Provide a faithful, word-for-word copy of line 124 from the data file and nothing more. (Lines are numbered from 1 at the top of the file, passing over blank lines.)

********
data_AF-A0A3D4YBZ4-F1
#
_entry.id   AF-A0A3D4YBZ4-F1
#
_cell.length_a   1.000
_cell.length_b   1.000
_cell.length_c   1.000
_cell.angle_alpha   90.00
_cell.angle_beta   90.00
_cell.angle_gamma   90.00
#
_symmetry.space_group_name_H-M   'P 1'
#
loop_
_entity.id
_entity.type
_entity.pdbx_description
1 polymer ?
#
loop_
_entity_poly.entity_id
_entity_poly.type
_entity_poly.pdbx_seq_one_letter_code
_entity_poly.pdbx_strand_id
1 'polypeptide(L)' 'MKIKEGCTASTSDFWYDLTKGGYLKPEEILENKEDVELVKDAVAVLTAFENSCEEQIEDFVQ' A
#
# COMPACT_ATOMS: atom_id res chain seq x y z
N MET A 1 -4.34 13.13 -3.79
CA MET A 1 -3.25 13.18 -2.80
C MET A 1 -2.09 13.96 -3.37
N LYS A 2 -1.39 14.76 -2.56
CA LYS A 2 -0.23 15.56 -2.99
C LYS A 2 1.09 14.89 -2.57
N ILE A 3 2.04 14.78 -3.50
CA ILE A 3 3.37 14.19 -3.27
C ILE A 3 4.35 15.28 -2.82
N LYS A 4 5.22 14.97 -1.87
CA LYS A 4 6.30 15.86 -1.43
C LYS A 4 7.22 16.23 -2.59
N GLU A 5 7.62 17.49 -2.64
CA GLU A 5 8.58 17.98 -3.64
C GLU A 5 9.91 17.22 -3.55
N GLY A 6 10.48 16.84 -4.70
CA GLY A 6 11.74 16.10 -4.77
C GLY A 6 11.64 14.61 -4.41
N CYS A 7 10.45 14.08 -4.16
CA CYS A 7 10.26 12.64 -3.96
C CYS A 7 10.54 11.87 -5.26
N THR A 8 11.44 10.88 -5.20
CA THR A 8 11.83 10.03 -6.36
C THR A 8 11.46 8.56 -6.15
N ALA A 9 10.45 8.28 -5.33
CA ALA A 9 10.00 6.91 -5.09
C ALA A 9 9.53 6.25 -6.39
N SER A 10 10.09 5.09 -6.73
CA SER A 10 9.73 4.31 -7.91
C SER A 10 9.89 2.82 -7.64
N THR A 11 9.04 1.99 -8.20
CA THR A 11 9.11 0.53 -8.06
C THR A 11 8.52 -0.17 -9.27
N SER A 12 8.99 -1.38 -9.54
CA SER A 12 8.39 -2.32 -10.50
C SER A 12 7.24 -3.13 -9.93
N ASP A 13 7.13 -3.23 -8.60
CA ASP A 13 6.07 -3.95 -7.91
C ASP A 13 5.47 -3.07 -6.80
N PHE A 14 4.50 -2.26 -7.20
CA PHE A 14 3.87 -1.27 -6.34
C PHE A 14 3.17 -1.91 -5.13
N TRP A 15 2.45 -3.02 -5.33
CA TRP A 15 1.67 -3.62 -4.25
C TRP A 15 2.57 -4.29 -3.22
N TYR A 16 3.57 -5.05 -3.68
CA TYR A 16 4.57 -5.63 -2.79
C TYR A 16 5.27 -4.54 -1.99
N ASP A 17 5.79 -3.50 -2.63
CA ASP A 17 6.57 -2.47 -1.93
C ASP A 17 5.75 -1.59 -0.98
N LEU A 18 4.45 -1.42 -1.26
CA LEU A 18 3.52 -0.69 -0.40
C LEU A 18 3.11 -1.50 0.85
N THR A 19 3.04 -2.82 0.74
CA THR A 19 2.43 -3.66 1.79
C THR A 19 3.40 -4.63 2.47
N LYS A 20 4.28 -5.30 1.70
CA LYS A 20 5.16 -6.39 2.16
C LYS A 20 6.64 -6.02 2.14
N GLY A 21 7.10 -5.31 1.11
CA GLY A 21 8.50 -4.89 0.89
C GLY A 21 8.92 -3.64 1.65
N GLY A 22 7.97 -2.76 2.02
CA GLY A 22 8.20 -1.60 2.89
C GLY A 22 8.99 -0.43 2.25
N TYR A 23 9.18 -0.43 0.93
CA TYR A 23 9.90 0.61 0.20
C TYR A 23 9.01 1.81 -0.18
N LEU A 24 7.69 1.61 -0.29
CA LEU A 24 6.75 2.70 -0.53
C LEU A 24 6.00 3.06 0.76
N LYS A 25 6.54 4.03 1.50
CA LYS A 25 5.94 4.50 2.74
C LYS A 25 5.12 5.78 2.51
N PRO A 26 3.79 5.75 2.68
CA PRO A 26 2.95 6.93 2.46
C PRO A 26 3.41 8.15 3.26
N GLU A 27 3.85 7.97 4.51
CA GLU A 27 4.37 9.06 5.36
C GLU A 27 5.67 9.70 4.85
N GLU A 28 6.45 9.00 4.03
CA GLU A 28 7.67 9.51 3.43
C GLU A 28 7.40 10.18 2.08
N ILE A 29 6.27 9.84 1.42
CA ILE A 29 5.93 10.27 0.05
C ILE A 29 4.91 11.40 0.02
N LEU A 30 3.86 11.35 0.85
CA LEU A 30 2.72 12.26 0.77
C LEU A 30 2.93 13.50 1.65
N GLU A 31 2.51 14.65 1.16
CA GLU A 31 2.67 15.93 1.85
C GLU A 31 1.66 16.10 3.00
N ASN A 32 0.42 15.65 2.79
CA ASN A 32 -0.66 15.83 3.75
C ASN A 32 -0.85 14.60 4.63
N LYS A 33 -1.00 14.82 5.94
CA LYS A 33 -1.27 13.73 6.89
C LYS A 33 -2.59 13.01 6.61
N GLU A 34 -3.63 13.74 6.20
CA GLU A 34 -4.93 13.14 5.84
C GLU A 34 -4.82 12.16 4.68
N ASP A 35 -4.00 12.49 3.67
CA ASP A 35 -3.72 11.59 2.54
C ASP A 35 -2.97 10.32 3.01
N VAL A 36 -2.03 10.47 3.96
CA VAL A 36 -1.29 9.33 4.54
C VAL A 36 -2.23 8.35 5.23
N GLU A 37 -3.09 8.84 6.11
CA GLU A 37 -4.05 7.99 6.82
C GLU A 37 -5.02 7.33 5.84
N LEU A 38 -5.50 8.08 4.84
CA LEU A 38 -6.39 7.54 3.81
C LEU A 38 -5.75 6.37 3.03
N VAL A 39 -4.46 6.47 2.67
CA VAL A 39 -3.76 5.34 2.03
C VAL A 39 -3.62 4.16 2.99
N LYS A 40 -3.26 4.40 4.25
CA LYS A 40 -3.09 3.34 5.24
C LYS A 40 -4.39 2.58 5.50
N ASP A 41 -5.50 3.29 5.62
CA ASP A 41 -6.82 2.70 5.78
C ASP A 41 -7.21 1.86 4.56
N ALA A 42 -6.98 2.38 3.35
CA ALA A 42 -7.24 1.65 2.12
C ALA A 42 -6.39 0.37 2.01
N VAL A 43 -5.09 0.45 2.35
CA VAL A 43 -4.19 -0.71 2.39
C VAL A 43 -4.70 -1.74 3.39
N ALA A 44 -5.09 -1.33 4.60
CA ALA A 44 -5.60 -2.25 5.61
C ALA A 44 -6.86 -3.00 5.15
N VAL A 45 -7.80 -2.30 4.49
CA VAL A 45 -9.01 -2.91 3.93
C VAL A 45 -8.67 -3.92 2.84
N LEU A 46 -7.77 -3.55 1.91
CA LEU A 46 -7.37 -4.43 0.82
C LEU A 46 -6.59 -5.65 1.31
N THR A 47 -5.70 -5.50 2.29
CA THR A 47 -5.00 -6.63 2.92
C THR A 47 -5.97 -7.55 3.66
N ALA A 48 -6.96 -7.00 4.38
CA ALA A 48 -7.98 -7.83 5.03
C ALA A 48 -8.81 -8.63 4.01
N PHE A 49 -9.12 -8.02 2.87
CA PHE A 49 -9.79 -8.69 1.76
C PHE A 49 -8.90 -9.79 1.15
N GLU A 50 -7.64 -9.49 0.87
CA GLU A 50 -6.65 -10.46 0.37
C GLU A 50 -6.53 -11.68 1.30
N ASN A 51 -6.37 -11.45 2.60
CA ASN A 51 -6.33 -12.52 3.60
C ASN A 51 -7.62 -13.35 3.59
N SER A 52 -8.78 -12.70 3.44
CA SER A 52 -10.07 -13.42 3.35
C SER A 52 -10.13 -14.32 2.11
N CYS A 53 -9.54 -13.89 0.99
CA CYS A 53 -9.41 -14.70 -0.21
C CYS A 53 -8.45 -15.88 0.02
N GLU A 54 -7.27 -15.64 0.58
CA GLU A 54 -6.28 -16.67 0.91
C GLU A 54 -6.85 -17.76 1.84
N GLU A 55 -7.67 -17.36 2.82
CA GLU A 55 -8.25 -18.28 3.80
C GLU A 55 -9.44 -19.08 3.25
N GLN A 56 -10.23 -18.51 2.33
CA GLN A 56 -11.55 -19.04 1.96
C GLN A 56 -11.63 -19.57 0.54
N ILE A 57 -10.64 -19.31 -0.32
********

N LYS A 33 -1.00 14.82 5.94